A leading Irish-American politician has warned the “unique relationship” between Ireland and the US should not be taken for granted.
Mike Cusick, president of the American Irish Legislators Society, was in Dublin and Belfast last week for a series of meetings.
Mr Cusick, whose ancestors emigrated to the US from Cork and Roscommon, said the connections between America and Ireland needed to be continually cultivated.
He has been an elected member of the New York State Legislature since 2002, representing the Staten Island area.
Mr Cusick has been president of the legislators society for 14 years. The society is made up of politicians from different political parties and its aim is to promote “awareness of Irish culture, ties between Ireland and New York, and fellowship among legislators of Irish descent or with an interest in Ireland or the American-Irishcommunity”.
The society recently successfully lobbied in the state legislature to secure funding for the development of the Irish Arts Centre in Manhattan.
Mr Cusick led a US delegation that last week took part in the Belfast International Homecoming event which was attended by leading members of the Irish diaspora. The event was organised by Belfast City Council in conjunction with Ulster University to celebrate the achievements of people of Irish heritage and to build stronger global links.
Joining Mr Cusick on the trip were: Michael Meade, chief executive of Sullivan’s Brewing Company, New York; Sean Tenner, president of KNI Communications, Chicago; Steve Lenox, director of the New Jersey Ireland Centre; and Jay Hart, chief of police in Torrance, California.
The delegation also visited Áras an Uachtaráin last week to meet President Michael D Higgins.
Mr Cusick said he was keen to develop stronger relationships between organisations and businesses on both sides of the Atlantic.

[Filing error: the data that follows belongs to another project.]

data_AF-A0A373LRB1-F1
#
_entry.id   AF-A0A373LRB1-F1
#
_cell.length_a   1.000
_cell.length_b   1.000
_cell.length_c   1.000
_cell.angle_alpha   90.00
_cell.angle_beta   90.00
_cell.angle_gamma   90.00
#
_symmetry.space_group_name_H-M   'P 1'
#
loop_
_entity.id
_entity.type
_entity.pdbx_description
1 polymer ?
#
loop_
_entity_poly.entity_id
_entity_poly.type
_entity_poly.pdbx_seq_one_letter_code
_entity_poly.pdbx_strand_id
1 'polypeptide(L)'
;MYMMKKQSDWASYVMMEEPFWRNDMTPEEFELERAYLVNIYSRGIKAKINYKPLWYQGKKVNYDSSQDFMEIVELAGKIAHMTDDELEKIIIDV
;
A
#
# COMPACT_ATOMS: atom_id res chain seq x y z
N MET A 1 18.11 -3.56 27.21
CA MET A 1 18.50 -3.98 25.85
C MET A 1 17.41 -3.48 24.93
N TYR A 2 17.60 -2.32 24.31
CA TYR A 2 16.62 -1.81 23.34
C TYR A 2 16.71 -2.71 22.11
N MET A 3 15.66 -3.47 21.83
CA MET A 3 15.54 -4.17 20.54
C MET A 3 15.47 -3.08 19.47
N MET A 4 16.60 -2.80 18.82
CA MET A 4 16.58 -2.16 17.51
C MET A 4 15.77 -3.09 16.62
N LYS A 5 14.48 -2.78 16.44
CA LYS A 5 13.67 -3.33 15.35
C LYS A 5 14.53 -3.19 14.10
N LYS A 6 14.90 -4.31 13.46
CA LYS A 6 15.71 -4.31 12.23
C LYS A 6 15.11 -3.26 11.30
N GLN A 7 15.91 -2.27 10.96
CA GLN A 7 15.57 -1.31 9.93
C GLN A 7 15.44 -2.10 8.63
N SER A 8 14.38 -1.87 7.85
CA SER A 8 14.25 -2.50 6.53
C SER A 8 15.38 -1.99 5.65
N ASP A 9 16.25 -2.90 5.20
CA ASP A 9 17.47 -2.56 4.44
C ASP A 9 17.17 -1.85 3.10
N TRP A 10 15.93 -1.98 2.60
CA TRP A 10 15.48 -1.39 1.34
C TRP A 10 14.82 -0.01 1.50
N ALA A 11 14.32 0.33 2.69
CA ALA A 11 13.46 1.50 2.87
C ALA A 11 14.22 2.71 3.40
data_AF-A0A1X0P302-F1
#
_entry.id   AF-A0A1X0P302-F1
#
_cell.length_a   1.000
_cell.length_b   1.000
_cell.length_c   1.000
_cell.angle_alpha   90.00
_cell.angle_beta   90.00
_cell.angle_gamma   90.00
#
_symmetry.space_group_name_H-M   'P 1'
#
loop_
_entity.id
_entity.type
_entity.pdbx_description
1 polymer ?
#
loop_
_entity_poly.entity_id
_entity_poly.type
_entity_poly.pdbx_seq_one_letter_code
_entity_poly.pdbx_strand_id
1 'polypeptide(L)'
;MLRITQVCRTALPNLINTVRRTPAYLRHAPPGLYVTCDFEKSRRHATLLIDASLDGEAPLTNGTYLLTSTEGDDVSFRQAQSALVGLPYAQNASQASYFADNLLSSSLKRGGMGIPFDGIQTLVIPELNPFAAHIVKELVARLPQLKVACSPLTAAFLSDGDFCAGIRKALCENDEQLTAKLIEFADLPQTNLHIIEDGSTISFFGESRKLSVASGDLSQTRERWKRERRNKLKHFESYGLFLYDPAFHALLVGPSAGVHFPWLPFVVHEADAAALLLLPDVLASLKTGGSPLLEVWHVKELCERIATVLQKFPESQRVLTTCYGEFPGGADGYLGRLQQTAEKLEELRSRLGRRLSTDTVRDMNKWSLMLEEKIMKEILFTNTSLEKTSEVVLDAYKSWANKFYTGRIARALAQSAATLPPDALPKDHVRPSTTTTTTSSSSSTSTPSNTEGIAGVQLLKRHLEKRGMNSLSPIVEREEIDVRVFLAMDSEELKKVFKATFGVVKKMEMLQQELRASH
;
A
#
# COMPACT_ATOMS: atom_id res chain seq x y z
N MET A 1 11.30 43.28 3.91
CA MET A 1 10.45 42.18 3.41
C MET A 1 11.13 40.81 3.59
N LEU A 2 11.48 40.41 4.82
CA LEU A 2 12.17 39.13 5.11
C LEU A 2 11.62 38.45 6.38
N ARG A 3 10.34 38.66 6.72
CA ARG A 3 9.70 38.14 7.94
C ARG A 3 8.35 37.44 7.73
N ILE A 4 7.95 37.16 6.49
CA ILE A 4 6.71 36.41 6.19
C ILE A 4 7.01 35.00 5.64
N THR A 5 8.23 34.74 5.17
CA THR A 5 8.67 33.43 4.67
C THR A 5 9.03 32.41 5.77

“One or our aims within the legislators society is to promote Irish culture in New York, whether that is helping with funding for parades or local cultural groups,” he said.
“However, since I became president of the society we have also got more involved in and made better connections with our counterparts in Ireland, north and south, and we have built relationships with the governments and we are able to work together on certain things.
“We have been meeting business leaders in Belfast to collaborate and come up with ideas that may help New York or maybe we can partner companies in Northern Ireland or Ireland with companies in New York that are doing the same thing.
“The majority of companies we have met are in the energy and renewables sector and we see some of the innovations here which we can bring back and maybe work some of it into what we are trying to do in New York.”
Mr Cusick, who will not be running for re-election later this year, said it was important to keep building links across the Atlantic.
“I think there is enough being made of the connections between New York and Ireland,” he told the Sunday Independent. "However, I think it is always important to keep building those connections.
“New York and the US have a particularly unique relationship with Ireland that we just can’t take for granted.
“You have to keep cultivating it and that’s why I think that having organisations like ours in New York being in contact with leaders in Ireland is very important.”
Mr Cusick said he was encouraged to see the continuing efforts towards cementing peace during his visit to Northern Ireland.
“We are supportive of the peace process and we have been talking to people about where Northern Ireland is at this point,” he said. "Having those personal conversations has been very promising.
“What I will take back to New York, having talked to many of the officials, is that there is a lot of work being done that may not be in the spotlight.
"I know people are working very hard to continue to continue the peace process. Seeing it first hand and talking to people on this trip who are involved in that has been very encouraging.”
Much has been made of US President Joe Biden’s Irish connections but Mr Cusick said his country’s leaders had always taken an interest in Irish affairs.
“I know the president is very proud of his Irish heritage and his Irish culture.
“I think it is an advantage but I do also think that since I have been in office many of the presidents that have been in the White House have paid particular attention to Ireland. It is something the United States always has done.”
Despite soon to be stepping down from frontline politics, Mr Cusick said he will be maintaining his support for Irish-American relationships.
“I may be not running for re-election but I will probably be more active in Irish-American issues as a result of the less travelling I will have to do,” he said.
“I certainly have no intention of not being involved in Irish issues and I hope to be involved in organisations that I can be helpful to.”